The Flashmeter can calculate cumulative flashes. While I was at it, I set the meter up. I also love the Polaroid button to handle the different film speed of a Polaroid so no more calculating in your head. Take a photo of the meter from 10 ft away, aperture F2. Thanks - Dave Thanks qrickman, but I was in manual power with the flash.
This is something I would not want to bother with. That's when I set up the meter to see if there was such a setting. It could be something as simple as that. Would it be bad to use the meter with the dome off? Here, one last example, before i confuse myself and you as well. This may be important, because I will want to use the meter to measure the main light, then the fill light, and combine the two for a correct exposure. There is a private page with lots of manuals for Minolta, but that page links to the, now almost dead, konicaminolta site. Just that I did not see any settings you used in the post apart from f2.
Oh, and by the way, I was under the impression that if I zoomed the flash to 105 mm, I would get the highest meter reading, but that doesn't seem to be the case. The problem is that once you have gotten your nifty new product, the manual minolta flash meter v gets a brief glance, maybe a once over, but it often tends to get discarded or lost with the original packaging. Too bad this stuff can't be archived somewhere. Do not recharge non- rechargeable batteries , short circuit, heat or disassemble batteries. Cheers BjörnHi Bjorn, I might have an original copy at home or the downloaded version off the website. But, adjusting it would be totally by eye, nothing technically accurate. If the fill were 5.
Averaging the f4 and f8 to get f5. You can make it as complex or as simple as you need. Also please read earlier comments as they may also answer your questions. Try all of this with direct flash outside now, making sure you have Flash Symbol selected. If you have massive over-exposure with your meter's reading and flash, something is going on that without being there to see precisely how you set it up, and how you are measuring, etc. Exact data often isn't known until after the actual release. On my flash meter with dome on I can rotate the dome dial which will recess the dome for protection and travel, and you need to rotate the dome dial so the dome will then extend out, a bit like a zoom lens which moves in and out.
In the meter's manual, it only tells you how to get the dome on and off, not anything about what happens if you don't use it. Say you want to take a portrait and you have two flashes. It had a more versatile display and a built-in digital micro-controller. I looked back, and my first post was that I was trying to determine the sweet spot regarding flash zoom setting and spillage out of the umbrella. When you said you got f2. You do this because changing your main light settings will have more of an influence on the lesser settings than vice versa. Thanks Trev for taking all that time, I appreciate it.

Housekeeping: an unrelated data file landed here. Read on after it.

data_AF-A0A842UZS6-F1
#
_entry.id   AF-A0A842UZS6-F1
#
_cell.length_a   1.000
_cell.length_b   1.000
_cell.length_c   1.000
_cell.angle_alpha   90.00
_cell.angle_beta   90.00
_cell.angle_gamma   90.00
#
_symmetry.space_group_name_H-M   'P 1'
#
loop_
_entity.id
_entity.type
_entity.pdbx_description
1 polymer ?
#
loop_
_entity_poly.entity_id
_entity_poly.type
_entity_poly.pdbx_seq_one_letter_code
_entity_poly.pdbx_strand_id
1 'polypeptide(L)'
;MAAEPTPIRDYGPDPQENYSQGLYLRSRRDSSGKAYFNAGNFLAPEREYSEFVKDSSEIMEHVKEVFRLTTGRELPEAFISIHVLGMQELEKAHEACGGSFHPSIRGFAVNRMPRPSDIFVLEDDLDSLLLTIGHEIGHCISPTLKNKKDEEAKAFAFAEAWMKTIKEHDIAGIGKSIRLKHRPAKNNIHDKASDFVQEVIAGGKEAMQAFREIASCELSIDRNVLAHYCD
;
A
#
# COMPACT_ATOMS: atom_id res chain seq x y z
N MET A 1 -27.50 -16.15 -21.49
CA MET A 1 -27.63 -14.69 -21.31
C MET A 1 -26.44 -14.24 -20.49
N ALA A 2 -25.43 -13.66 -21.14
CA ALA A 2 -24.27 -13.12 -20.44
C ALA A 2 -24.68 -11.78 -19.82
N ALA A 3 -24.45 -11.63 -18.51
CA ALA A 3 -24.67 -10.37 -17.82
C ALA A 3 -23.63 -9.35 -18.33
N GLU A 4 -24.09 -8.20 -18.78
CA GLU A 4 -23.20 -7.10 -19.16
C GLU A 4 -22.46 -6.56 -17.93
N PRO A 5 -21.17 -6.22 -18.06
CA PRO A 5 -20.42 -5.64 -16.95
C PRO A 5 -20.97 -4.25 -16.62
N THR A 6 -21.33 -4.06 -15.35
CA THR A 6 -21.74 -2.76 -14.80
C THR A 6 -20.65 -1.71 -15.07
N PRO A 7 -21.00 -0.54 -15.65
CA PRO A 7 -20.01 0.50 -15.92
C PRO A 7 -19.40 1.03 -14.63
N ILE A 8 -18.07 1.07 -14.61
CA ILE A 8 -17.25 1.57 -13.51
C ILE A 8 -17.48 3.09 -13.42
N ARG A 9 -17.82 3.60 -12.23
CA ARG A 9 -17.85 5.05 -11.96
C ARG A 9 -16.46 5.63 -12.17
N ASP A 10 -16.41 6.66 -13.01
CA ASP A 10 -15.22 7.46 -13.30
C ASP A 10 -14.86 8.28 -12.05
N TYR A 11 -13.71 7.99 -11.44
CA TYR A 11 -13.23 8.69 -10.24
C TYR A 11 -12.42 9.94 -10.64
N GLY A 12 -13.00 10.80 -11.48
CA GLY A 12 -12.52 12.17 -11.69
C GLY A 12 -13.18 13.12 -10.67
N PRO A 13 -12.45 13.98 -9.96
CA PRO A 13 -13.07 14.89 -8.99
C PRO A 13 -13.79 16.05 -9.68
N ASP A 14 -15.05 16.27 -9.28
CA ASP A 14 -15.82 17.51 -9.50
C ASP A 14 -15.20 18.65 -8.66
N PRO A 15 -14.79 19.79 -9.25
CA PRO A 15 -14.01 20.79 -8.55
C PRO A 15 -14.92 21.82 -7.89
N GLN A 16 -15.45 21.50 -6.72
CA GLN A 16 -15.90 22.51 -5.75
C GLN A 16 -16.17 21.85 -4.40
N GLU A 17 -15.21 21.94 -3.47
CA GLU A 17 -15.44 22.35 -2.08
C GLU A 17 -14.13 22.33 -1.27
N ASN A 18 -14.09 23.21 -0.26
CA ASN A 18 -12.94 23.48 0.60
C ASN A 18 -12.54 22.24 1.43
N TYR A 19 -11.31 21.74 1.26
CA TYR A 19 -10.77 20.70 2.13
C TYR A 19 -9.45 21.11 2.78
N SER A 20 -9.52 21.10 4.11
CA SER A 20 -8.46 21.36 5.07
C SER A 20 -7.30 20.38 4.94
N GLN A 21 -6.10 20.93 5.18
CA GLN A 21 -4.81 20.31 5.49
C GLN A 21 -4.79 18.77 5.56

Another small button serves for the battery check. Make sure you have the meter right up to the 'subject' and pointed back at the position you are going to take the shot from. Good luck on finding a copy. Can anyone chime in on this? Flat Diffuser See page 14 for details on how to attach a Flat The lighting ratio is the brightness ratio between the highlight and shadow Diffuser. For messages that are not intended to be published, please use the instead. I trigger the flash with the remote, and the meter registers. Use the above address for a check, M.
If I was happy to bracket each shot, I would just calculate distance measurements and forget about a meter! So' I'll try a few more things and see what happens. Measure your main light first and then adjust the fill or other lights around that initial reading. But if you were looking to have a 2:1 ratio or 3:1 in this case, i think you would expose for the f8, and the f4 would be a fill light. If the image below looks like your camera, click below to see the full manual. After took over, they sold the manufacturing to.
The film speed scale has also expanded for use with higher speed film. I had to find directions on line, and they are really crappy. If so, I should think the meter is out of calibration but knowing nothing about Minolta I could not say for sure. A tripod socket is also provided. Now, take off the dome, but point the meter direct back to shooting position, vertical in other words, and I will almost bet your aperture reading will be a lot more open, as in f5.
Since studio flash is my prime requirement for the meter, I think I need the Flashmeter. The sensor is located behind a round hole in the meter's back. This camera manual library is for reference and historical purposes, all rights reserved. I didn't even know, however, that the most modern flashmeters did that. The tripod was set up in front of white doors in my room. Maybe I'm doing something wrong, or is that the way it should be? They used to be available thorugh the konicaMinolta website, but the archived manuals for older products seems to have gone the same way as the company. Register a Free 1 month Trial Account.
Dome off, same settings, fire the flash, meter reads F5. I would also make sure your camera is underexposing a bit for ambient, that way you are going to rely on flash power to be the dominant light source and get a true idea if your meter will correctly read it. Current and announced meters only This is supposed to be a tech data sheet of all Minolta exposure meters. If you can get a reading with dome on, and the shot in general has an 'average' good exposure that is correct, but remember, any shadows if taking faces, etc. The first example, about about averaging the f4 and the f8 is just wrong. This will help me to continue to host this site, buy new manuals, and pay their shipping costs. You may have to before you can post: click the register link above to proceed.